Chapter XXIV.--Texts Explained; Eighthly, John xvii. 3. and the Like. Our Lord's divinity cannot interfere with His Father's prerogatives, as the One God, which were so earnestly upheld by the Son. One' is used in contrast to false gods and idols, not to the Son, through whom the Father spoke. Our Lord adds His Name to the Father's, as included in Him. The Father the First, not as if the Son were not First too, but as Origin.

Chapter XXV.--Texts Explained; Ninthly...

Chapter XXVI.--Introductory to Texts from the Gospels on the Incarnation. Enumeration of texts still to be explained. Arians compared to the Jews. We must recur to the Regula Fidei. Our Lord did not come into, but became, man, and therefore had the acts and affections of the flesh. The same works divine and human. Thus the flesh was purified, and men were made immortal. Reference to I Pet. iv. 1.

Chapter XXVII.--Texts Explained; Tenthly, Matthew xi. 27; John iii. 35, &c. These texts intended to preclude the Sabellian notion of the Son; they fall in with the Catholic doctrine concerning the Son; they are explained by so' in John v. 26. (Anticipation of the next chapter.) Again they are used with reference to our Lord's human nature; for our sake, that we might receive and not lose, as receiving in Him. And consistently with other parts of Scripture, which shew that He had the power, &c., before He received it. He was God and man, and His actions are often at once divine and human.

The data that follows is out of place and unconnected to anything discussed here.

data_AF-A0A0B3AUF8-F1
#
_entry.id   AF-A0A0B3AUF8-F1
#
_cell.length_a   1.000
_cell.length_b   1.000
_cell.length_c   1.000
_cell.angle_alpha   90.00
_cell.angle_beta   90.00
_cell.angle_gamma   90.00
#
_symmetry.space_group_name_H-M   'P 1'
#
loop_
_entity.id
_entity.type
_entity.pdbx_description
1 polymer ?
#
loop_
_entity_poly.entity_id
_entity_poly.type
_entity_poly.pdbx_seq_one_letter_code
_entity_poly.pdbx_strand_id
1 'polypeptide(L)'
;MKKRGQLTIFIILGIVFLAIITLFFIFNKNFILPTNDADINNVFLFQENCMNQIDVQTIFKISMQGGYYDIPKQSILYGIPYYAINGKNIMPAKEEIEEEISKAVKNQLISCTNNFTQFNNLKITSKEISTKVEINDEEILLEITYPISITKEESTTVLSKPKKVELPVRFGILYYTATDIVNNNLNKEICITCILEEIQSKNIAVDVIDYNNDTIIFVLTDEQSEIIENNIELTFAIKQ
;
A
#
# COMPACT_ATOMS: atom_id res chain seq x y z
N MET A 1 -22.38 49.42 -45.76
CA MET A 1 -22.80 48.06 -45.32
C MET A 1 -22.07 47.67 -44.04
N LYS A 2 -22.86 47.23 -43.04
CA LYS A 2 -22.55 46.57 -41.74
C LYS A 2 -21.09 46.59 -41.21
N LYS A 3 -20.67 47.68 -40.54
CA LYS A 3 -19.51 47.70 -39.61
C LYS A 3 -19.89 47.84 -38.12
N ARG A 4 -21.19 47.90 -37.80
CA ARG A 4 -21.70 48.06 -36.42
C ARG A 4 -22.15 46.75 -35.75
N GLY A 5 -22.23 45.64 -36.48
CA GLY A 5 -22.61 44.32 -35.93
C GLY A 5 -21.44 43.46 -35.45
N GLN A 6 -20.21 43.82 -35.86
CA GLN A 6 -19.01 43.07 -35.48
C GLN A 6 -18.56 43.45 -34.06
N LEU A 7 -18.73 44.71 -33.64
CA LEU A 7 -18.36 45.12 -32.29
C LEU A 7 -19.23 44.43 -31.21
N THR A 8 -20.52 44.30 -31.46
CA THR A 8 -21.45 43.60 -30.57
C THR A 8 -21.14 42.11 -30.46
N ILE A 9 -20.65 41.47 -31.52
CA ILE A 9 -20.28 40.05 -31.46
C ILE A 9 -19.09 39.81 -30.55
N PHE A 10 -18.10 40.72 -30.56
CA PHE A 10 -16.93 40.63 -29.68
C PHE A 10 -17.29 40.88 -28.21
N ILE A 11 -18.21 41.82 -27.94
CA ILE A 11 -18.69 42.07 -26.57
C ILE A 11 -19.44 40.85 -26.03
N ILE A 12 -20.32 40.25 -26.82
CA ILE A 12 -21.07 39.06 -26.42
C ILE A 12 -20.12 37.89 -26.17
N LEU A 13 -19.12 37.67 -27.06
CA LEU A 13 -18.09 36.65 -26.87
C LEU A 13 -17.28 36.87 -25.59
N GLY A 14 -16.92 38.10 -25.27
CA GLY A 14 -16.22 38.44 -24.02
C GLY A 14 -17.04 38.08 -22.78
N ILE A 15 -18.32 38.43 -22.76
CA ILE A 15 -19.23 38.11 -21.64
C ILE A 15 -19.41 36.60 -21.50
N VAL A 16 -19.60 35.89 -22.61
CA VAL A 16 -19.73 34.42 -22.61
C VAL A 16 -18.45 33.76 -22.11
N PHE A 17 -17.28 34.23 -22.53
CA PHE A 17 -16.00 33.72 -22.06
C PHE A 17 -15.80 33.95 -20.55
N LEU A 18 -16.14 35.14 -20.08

Chapter XXVIII.--Texts Explained; Eleventhly...

Chapter XXIX.--Texts Explained; Twelfthly, Matthew xxvi. 39; John xii. 27, &c. Arian inferences are against the Regula Fidei, as before. He wept and the like, as man. Other texts prove Him God. God could not fear. He feared because His flesh feared.

Chapter XXX.--Objections continued...

Excursus C.

Section 1. Introductory. Thesis: the co-eternal personality of the Son or Word.

Discourse IV.

Section §6, 7. When the Word and Son hungered, wept, and was wearied, He acted as our Mediator, taking on Him what was ours, that He might impart to us what was His.

Section 8. Arians date the Son's beginning earlier than Marcellus, &c.

Section §9, 10. Unless Father and Son are two in name only, or as parts and so each imperfect, or two gods, they are coessential, one in Godhead, and the Son from the Father.

Section §11, 12. Marcellus and his disciples, like Arians, say that the Word was, not indeed created, but issued, to create us, as if the Divine silence were a state of inaction, and when God spake by the Word, He acted; or that there was a going forth and return of the Word; a doctrine which implies change and imperfection in Father and Son.

Section §13, 14. Such a doctrine precludes all real distinctions of personality in the Divine Nature. Illustration of the Scripture doctrine from 2 Cor. vi. 11, &c.

Section §15-24. Since the Word is from God

Section 25. Marcellian illustration from 1 Cor. xii. 4, refuted.

Section §26-36. That the Son is the Co-existing Word

Introduction to de Synodis.

Section 1. The reason of any new council having been called.

Councils of Ariminum and Seleucia.

Part II. History of Arian Opinions.

Part III. On the Symbols Of the Essence' And Coessential.'

Introduction to Tomus Ad Antiochenos.

Tome or Synodal Letter to the People of Antioch.

Appendix.

Introduction to Ad Afros Epistola Synodica.

To the Bishops of Africa.

Letters of Athanasius,

A.--The Historia Acephala.

Historia Acephala.

B.--The Festal Letters, and Their Index,

Index.

I. Festal Letters.

Letter II.--For 330. Easter-day xxiv Pharmuthi; xiii Kal. Mai; Æra Dioclet. 46; Coss. Gallicianus, Valerius Symmachus; Præfect, Magninianus; Indict. iii.

Letter III.--For 331. Easter-day xvi Pharmuthi; iii Id. April; Æra Dioclet. 47; Coss. Annius Bassus, Ablabius; Præfect, Florentius; Indict. iv.

Letter IV.--For 332. Easter-day vii Pharmuthi , iv Non. Apr.; Æra Dioclet. 48; Coss. Fabius Pacatianus, Mæcilius Hilarianus; Præfect, Hyginus ; Indict. v.